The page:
It is the White family that has its roots in Lewes. Mad Jack Fuller's mother Frances was christened at All Saints, Lewes on 24 April, 1725. Her parents Thomas Fullerand Frances White were married at All Saints, Lewes on 27 November, 1722. Peter White (born 1671), father of Frances White was born in Lewes and married Susan Tattersall. Peter White's parents were Dr. Benjamin White and Dorothy Courthope.
Dr. Peter White, Jack Fuller's maternal great-grandfather, was a prominent physician in Lewes. He purchased a property at No. 33 School Hill, Lewes from William Thomas (d.1639). On this site School Hill House was built by White in 1715.
School Hill House as
viewed from the garden
Jack Fuller in Lewes
All Saints Church, Friar's Walk, Lewes
School Hill House,
33 School Hill, Lewes
The White Hart Hotel
John Fuller had several connections with Lewes, the county town of East Sussex. His story is linked to Lewes history because:
The building at 55 High Street, Lewes was originally a town house owned by the Pelham family from Tudor times. In 1653 they moved into Pelham House in St. Andrew's Lane and number 55 has been an inn since 1717. Richard Verrall, the first landlord, took over the sign of the White Hart from its previous location at 173 High Street.
The White Hart was an important coaching inn until the railway arrived in Lewes. It was a meeting place for local and parliamentary elections. Jack Fuller made his campaign headquarters here in the infamous 1807 General Election.
The former High Constable of Lewes usually held his annual feast here. The Headstrong Club and Thomas Paine - author of Common Sense (1776)and The Rights of Man (Part I - 1791, Part II - 1792)- met here. Paine was in Lewes between 1768 and 1774.
"Less edifying was the contest at Lewes in 1807. Between Tuesday 12 May and Thursday 28 May 5019 freeholders cast 4333 votes for the Westerner Charles Wyndham, 2530 for John Fuller of Brightling, and 2473 for Colonel Sergison of Cuckfield. The Easterners clashed over Emancipation for Roman Catholics and West Indian slaves. The High-Tory Folly-building Fuller opposed both. The moment the polling ended, the Mobility tore apart the hustings by the Sessions House and carried the fragments away, claiming "immemorial" custom. It greeted the result - Sergison being the "popular" candidate, by tossing rotten eggs into the balconied Great Room at the White Hart, Fuller's campaign headquarters. Sergison then spoke from a window of the Star, assuring his partisans that a Sheriff's scrutiny of the poll would overturn Fuller's trivial majority. So they dragged the Colonel and his carriage in triumph up the High Street, to rendezvous at the barracks with Whig confederates marching in from Brighton. Though the Sheriff refused a scrutiny, Fuller's victory had proved expensive. As well as the No Popery favours, he paid for almost 2000 dinners at the White Hart, and as many at the Dorset Arms, "an East Country House" popular with freeholders from Hastings Rape."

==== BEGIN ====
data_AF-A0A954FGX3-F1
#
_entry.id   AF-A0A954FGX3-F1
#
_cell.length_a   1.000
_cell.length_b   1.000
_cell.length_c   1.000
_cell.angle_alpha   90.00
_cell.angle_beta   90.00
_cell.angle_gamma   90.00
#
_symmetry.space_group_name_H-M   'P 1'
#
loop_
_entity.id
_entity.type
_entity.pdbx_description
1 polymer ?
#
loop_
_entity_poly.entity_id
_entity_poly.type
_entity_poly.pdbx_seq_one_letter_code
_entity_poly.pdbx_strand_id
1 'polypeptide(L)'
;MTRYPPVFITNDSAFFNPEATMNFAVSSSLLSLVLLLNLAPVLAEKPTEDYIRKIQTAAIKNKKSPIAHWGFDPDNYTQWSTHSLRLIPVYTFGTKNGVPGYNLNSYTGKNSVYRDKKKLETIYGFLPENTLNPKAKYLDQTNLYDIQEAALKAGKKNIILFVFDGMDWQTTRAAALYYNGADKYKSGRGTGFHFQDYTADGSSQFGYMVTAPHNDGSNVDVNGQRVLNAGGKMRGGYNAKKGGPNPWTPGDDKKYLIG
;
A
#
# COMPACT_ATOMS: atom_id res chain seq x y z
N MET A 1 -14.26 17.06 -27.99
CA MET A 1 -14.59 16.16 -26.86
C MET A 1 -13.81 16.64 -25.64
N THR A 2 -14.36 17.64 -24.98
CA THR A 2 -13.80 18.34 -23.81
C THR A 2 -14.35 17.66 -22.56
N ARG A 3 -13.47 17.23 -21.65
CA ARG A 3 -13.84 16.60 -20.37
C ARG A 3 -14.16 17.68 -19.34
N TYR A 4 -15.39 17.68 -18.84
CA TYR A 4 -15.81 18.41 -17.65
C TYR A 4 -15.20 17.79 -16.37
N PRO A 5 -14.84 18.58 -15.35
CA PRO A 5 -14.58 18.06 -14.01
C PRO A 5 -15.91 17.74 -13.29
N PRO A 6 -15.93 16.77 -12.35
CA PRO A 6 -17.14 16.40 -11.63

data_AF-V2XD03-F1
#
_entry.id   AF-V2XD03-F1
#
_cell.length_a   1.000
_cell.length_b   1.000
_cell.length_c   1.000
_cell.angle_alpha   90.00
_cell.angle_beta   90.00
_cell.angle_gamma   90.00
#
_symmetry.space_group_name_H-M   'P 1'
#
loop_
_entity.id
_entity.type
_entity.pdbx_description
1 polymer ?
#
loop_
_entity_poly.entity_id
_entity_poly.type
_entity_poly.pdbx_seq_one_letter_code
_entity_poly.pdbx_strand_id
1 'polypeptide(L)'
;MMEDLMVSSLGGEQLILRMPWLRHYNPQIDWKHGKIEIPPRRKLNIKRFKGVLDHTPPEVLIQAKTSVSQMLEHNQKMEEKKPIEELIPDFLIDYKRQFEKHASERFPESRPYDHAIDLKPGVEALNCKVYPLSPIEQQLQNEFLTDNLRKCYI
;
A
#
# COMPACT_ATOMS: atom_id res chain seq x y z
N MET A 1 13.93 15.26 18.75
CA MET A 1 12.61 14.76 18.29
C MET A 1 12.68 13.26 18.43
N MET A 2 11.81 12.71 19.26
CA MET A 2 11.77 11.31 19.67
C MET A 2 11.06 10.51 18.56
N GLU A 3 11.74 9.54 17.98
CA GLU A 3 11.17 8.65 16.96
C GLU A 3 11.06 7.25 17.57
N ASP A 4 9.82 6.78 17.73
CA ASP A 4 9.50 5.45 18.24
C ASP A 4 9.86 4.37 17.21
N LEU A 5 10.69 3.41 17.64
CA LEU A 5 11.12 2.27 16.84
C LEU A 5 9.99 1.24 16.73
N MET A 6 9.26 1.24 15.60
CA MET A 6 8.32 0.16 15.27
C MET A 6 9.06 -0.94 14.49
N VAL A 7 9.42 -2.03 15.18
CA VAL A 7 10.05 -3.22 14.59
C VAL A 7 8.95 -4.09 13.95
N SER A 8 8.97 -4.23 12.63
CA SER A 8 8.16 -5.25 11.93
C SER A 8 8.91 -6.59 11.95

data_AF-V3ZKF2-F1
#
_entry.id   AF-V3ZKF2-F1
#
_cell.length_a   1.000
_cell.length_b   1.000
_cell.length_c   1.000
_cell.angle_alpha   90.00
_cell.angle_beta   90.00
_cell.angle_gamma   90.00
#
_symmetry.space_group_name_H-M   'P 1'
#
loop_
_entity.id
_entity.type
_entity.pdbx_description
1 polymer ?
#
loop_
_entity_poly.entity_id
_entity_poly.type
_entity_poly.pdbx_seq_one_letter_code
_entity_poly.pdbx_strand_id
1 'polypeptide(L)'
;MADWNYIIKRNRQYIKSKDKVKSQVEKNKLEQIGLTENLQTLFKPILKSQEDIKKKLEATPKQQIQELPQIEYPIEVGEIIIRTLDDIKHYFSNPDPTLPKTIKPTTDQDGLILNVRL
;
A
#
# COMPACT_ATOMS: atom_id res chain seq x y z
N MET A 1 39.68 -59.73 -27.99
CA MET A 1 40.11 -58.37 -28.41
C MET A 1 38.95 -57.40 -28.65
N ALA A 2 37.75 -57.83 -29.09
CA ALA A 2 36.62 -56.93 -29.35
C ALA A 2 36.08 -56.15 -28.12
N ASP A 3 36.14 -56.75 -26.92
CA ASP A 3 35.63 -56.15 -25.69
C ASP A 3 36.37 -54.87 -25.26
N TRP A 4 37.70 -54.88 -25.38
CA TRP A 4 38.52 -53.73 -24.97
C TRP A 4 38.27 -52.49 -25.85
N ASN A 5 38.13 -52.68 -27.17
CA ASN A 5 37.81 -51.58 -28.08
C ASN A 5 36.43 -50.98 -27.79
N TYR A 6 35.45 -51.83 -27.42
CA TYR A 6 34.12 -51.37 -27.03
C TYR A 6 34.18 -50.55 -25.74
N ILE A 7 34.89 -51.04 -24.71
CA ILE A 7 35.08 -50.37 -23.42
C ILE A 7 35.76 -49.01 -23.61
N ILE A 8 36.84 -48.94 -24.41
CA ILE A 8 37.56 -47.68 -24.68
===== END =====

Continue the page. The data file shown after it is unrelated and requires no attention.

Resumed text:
The Star Inn was transformed in to a town hall for the then Lewes Borough Council in 1893.
Now a private home, the Lewes Public Subscription mill is thought to be the only corn mill in Sussex built for public use.
During the Napoleonic Wars (1793 - 1815) there was a sharp decrease in amount of corn being imported from Europe. In 1799
heavy rain at harvest time and early frost severely damaged crops. The situation was getting desperate when the spring of 1800
was cold and late arriving. The fear of food riots caused government to pass a series of acts including the Bread Act of 1800 which was meant to control the food given to the
workhouse poor and those on parish relief.
In the summer of 1800 the following memorandum was set out in the Town Book of Lewes:
Publick Corn Mill. Waited on the Duke of Norfolk, for the Purpose of obtaining of His Grace, to the extent of his Claim, a Grant of the Brake Mount, whereon to erect, by Subscription a Public Windmill; but His Grace having thought proper to reject the Application the Mill is forthwith to be erected in Smith's Croft, and eligible Spot, near the Southern Boundary of the Castle Precinct, by value of a Grant from Lord Pelham, on a long Lease, at a trifling annual Rent. The Mill is contracted for at Six Hundred Pounds independent of the Round House which the Subscribers are to build at their own cost from the Foundation one Foot above the Surface all below being included in the contract. The hope of obtaining genuine Meal without the Fear of Adulteration of the use of the Inhabitants of the Borough was the Origin of this Plan, and more especially as at this time of Dearth, it regards the Poor most essentially.
Thomas, Earl of Chichester and Thomas, Lord Pelham granted a lease of Smith's Croft to a committee elected to oversee the building of the subscription mill. A list of sixty-five subscribers includes "Fuller, John Esq MP". Each subscriber paid a total £10 was in either three or four installments. Construction began in 1801 and the smock mill was fully operational by February 1802.
St Anne's House St. Anne's house at 111 High Street Lewes was home to Jack Fuller's first cousin two times removed Elizabeth Fuller(1695-1751) and her husband John Apsley (died 1770). The house was built for them in 1719, and remained the property of the Apsley & Dalrymple families until 1803. Until recently, judges stayed at the house when in Lewes for the assizes. The Apsley's grandson John Apsley Dalrymple was a trustee of Jack Fuller's will.